Still the requirement for translation layers and middleware exists as ATAK isn’t the only software in town and CoT isn’t the most open standard of message exchange (although the community at large is doing a grand job of reverse engineering and building interoperable software for it!)

This is where the role of middleware really comes in. In the wider world (outside of Defence), middleware comes in a variety of flavours, dependent on the end objective i.e. database, application, messaging protocol etc. This is where MQTT or Message Queuing Telemetry Transport starts to make an appearance in this discussion along with other standards such as RabbitMQ and Lean Services (more on that later).

The thoughts in this blog post do not exist in isolation, instead I am picking up on the multiple debates in the soldier system eco system about middleware. Currently there are several different international programmes trying to determine their own solution to the middleware questions. To name a few; NATO’s Generic Open Soldier System Reference Architecture (GOSSRA) initiative; Australia’s Generic Soldier Architecture; the UK’s Generic Soldier Architectures; New Zealand’s Soldier Modernisation; along with US DoD’s Hyper Enabled Operator, to name a few! A common debate at the core of these projects is the question of whether to adopt either MQTT, DDS, Lean Service Architecture or another middleware.

As described previously, these programmes want to adopt an open middleware that allows third party integration and development of functionality. The interest around MQTT messaging is in part what led me to write this blog post and a follow-up that implements MQTT in an ATAK plugin.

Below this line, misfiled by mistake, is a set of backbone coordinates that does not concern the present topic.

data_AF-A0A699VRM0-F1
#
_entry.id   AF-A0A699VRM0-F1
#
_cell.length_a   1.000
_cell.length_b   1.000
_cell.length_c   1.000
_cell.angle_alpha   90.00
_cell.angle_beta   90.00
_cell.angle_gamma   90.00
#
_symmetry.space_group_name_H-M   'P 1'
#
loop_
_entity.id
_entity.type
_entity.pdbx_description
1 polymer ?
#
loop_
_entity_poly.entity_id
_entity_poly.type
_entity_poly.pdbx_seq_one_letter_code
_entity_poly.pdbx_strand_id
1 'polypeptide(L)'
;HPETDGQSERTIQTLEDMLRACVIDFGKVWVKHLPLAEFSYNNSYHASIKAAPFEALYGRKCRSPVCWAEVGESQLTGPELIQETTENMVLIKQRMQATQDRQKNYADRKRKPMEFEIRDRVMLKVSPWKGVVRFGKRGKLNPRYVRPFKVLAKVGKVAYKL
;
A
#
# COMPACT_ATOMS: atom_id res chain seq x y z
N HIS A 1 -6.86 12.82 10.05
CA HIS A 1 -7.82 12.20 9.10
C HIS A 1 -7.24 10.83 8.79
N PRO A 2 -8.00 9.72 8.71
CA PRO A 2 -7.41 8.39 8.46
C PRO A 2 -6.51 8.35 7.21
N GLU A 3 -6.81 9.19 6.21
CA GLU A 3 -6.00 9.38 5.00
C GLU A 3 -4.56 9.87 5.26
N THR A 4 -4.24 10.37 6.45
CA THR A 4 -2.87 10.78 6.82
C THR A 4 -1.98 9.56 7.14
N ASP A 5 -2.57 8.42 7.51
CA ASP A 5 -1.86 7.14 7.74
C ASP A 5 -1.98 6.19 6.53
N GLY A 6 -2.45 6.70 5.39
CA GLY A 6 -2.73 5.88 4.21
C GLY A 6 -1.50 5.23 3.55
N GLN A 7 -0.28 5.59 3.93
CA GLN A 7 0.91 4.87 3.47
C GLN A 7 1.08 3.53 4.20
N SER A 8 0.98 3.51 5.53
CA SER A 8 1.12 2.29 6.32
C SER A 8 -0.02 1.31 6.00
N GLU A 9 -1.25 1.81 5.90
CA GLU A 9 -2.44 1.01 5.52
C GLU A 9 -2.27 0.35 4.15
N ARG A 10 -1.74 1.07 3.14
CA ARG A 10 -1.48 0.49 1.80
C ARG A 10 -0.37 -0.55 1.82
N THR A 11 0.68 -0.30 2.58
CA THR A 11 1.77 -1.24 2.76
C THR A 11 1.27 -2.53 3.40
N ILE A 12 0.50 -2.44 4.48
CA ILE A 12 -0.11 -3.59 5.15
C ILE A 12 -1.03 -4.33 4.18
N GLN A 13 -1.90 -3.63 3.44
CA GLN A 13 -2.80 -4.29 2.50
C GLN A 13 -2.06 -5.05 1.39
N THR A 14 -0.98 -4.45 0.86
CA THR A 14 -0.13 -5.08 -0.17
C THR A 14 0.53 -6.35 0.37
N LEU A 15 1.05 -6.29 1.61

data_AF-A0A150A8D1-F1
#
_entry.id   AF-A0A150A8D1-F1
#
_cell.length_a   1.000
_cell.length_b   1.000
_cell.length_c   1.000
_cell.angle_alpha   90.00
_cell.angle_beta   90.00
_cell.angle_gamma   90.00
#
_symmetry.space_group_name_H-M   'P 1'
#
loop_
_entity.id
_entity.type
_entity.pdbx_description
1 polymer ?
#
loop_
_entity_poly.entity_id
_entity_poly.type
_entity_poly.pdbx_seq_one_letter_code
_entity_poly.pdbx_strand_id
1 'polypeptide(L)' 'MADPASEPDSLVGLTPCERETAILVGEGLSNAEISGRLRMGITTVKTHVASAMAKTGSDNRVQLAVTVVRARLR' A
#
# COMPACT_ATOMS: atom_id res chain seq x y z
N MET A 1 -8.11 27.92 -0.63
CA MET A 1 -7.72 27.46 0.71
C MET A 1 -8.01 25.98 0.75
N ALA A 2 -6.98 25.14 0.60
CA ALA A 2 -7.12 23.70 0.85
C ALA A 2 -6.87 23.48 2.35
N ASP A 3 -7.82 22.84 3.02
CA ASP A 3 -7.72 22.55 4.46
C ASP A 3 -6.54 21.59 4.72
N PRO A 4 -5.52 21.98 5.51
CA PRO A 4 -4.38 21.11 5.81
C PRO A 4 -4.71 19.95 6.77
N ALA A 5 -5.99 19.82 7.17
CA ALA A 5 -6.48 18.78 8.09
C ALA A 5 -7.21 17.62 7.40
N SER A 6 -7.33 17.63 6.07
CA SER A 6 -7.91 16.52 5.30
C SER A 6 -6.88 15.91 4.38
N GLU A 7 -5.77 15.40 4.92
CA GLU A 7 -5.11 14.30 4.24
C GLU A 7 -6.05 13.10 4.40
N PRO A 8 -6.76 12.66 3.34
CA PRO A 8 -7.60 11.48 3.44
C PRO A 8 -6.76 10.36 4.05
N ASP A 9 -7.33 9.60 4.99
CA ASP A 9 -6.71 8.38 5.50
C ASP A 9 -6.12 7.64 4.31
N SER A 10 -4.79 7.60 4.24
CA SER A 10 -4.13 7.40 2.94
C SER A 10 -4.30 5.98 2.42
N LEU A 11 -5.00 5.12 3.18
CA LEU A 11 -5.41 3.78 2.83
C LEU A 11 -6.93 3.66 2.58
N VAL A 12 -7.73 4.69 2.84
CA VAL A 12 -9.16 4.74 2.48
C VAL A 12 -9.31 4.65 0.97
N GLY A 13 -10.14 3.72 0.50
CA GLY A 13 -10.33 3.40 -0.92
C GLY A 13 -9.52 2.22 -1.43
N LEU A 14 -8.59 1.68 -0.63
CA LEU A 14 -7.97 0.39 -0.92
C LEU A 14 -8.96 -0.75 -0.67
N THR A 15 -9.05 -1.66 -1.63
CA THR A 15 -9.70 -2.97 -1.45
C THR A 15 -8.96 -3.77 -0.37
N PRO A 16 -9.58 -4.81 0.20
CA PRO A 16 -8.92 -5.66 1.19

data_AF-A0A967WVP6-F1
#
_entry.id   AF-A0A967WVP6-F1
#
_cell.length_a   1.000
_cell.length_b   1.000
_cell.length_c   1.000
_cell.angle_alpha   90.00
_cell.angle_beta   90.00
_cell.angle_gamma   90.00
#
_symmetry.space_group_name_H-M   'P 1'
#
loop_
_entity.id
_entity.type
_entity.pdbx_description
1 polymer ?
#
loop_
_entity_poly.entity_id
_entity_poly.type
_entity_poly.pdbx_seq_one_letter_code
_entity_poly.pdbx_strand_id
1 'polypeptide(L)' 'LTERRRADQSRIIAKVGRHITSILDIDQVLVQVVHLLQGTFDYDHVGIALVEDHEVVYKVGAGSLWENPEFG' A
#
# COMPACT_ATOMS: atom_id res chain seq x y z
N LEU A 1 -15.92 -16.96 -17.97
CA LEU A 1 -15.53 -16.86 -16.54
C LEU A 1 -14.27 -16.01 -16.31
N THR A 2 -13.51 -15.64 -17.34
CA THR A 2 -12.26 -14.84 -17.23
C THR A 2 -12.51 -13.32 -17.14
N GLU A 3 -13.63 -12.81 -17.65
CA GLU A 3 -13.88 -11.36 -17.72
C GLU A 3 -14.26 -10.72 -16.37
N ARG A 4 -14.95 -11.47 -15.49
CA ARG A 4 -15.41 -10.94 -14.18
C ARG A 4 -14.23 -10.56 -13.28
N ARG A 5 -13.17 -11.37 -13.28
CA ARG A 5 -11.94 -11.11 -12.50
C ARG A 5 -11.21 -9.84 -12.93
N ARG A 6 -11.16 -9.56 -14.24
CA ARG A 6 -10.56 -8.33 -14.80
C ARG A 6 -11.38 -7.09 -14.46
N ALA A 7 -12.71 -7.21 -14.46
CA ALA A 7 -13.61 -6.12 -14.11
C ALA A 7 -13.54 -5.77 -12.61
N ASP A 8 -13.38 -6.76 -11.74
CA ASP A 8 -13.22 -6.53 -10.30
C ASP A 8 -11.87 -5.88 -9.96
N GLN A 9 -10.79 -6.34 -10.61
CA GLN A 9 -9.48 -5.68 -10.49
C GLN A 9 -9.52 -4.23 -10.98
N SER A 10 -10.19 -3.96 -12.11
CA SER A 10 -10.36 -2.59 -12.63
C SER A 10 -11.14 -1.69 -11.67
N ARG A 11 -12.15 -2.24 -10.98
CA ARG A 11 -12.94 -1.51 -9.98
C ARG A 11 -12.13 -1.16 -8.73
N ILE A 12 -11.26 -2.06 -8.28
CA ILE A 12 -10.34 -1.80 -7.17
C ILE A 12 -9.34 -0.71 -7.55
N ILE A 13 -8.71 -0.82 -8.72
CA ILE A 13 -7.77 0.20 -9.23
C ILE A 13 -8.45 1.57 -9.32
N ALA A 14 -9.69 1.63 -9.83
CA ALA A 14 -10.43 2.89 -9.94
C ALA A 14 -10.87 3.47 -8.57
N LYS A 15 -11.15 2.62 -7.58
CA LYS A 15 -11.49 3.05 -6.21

So MQTT, this is a transport mechanism that uses a publish and subscribe architecture using the notion of a broker in order to distribute messaging to various components of a system. Broadly clients subscribe to topics which contain information they need to operate or need to make decision upon. A topic could be designed around a specific item, data point or subject. For example, location information, platform telemetry etc.

The MQTT standard doesn’t describe several aspects of how it is to be implemented, namely serialisation and formats of the messages. These are up to the system implementor to design and build, which has its advantages!

If we are looking at ATAK with MQTT in mind for a middleware service, we come to decision point early in our design considerations – where do we put the broker? Given the primary aim of ATAK is to provide situational awareness around the battlefield, does this belong somewhere on the battlefield? The cloud? The current TAK server architecture could act as a possible pattern we could use, maybe a broker within a formation? Before we leap to a conclusion, let’s look at why we may want to use a middleware .. namely integrating other widgets and software systems, allowing functionality of the wider system to be added to or changed with relative ease! In that case do we want our new widget mounted on our personal weapon needing to talk to a MQTT broker that is relatively distant on the battlefield in order to update tracks on our ATAK instance?

Mmm, probably not. That wouldn’t really make sense and would be very fragile given the nature of communications in the deployed environment. In fact, this might be a step backward from the current peer to peer architecture! Well hang on, what if we place the broker on Operator Bob?